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A security filter to protect the CAS server against HTTP attacks
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README.md

CAS security filter Maven Central

This project provides blunt generic Java Servlet filters suitable for patching-in-place Java CAS server and Java CAS client deployments vulnerable to certain request parameter based bad-CAS-protocol-input attacks.

Build Build Status

AddResponseHeadersFilter for patching CAS client usages

This filter allows you to inject custom header names into the response. Design the headers as init params shown below:

<filter>
  <filter-name>requestParameterFilter</filter-name>
  <filter-class>org.apereo.cas.security.AddResponseHeadersFilter</filter-class>
  <init-param>
    <param-name>headerName1</param-name>
    <param-value>headerValue1</param-value>
  </init-param>
    <init-param>
    <param-name>headerName2</param-name>
    <param-value>headerValue2</param-value>
  </init-param>
</filter>
...
<filter-mapping>
  <filter-name>requestParameterFilter</filter-name>
  <url-pattern>/*</url-pattern>
</filter-mapping>

ResponseHeadersEnforcementFilter for patching CAS client usages

This is a Java Servlet Filter to be used to inject default security headers into the respose: See this guide for reference. It has no dependencies.

Configuration options

This Filter is optionally configured via Filter init-param in web.xml.

In general the Filter is very persnickety about init-params, such that if you give it a configuration that the Filter is not totally sure it understands, it will fail Filter initialization. Note that all configuration knobs are turned off by default.

enableCacheControl init-param

When true, will inject the following headers into the response for non-static resources:

Cache-Control: no-cache, no-store, max-age=0, must-revalidate
Pragma: no-cache
Expires: 0

enableXContentTypeOptions init-param

When true, will inject the following headers into the response:

X-Content-Type-Options: nosniff

enableStrictTransportSecurity init-param

When true, will inject the following headers into the response:

Strict-Transport-Security: max-age=15768000 ; includeSubDomains

enableXFrameOptions init-param

When true, will inject the following headers into the response:

X-Frame-Options: DENY

enableXSSProtection init-param

When true, will inject the following headers into the response:

X-XSS-Protection: 1; mode=block

contentSecurityPolicy init-param

When defined, injects the Content-Security-Policy header into the response with the value given.

RequestParameterPolicyEnforcementFilter for patching CAS client usages

This is a Java Servlet Filter for use in fronting potentially bugged Java CAS Client usages.

It is optionally configurable as to what parameters it checks, what characters it forbids in those checked parameters, and whether it allows those checked parameters to be multi-valued.

It has no dependencies.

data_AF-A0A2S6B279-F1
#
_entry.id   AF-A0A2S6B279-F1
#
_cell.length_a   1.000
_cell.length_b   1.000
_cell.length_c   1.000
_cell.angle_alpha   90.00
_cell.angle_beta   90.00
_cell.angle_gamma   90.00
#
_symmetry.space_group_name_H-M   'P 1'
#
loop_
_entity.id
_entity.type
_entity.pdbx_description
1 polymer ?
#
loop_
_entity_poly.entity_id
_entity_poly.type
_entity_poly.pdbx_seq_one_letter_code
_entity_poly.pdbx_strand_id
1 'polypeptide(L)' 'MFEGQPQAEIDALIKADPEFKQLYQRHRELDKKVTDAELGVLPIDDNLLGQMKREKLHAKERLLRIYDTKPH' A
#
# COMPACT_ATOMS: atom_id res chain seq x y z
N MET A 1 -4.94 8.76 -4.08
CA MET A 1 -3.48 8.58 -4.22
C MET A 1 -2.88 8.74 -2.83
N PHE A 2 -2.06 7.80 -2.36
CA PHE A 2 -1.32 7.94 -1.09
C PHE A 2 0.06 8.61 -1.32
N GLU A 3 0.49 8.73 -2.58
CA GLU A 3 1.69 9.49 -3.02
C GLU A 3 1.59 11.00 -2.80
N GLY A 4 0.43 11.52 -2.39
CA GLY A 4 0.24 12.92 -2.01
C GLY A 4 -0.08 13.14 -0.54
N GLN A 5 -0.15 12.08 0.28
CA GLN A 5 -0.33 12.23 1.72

Configuration options

This Filter is optionally configured via Filter init-param in web.xml.

In general the Filter is very persnickety about init-params, such that if you give it a configuration that the Filter is not totally sure it understands, it will log an exception.

WARNING: By default bad filter configuration will NOT fail filter initialization, and so it is possible to inadvertently configure the filter to e.g. have no effect. You SHOULD either be sure to monitor the logs for the SEVERE messages that will be logged if this filter believes its configuration is problematic, or set FilterUtils.throwOnErrors to true so that bad filter config fails Filter init and so fails context init, guaranteeing that you do not bring up an application intending to protect it with this filter but not successfully doing so due to configuration errors the filter is aware of.

parametersToCheck init-param

The optional init-param parametersToCheck is a whitespace-delimited set of the names of request parameters the Filter will check.

The special value * instructs the Filter to check all parameters, and is the default behavior.

charactersToForbid init-param

The optional init-param charactersToForbid is a whitespace-delimited set of the individual characters the Filter will forbid.

The special magic value of exactly none instructs the Filter not to forbid any characters. (This is useful for using the Filter to block multi-valued-ness of parameters without sniffing on any characters.)

If not present, the Filter will default to forbidding the characters ? # & % .

allowMultiValuedParameters init-param

The optional init-param allowMultiValuedParameters indicates whether the Filter should allow multi-valued parameters.

If present the value of this parameter must be exactly true or false, with false as the default.

onlyPostParameters init-param

The optional init-param onlyPostParameters is a whitespace-delimited set of the names of request parameters the filter will allow only on POST type requests. The Filter will throw an exception when any of these parameters are present on requests of any other type.

Configuration Examples

The default configuration

<filter>
  <filter-name>requestParameterFilter</filter-name>
  <filter-class>org.apereo.cas.security.RequestParameterPolicyEnforcementFilter</filter-class>
</filter>
...
<filter-mapping>
  <filter-name>requestParameterFilter</filter-name>
  <url-pattern>/*</url-pattern>
</filter-mapping>

In this configuration, the Filter will scrutinize all request parameters, requiring that they not be multi-valued, requiring that they not contain any of % ? # &, and allowing request parameters regardless of whether the request is of type POST or not.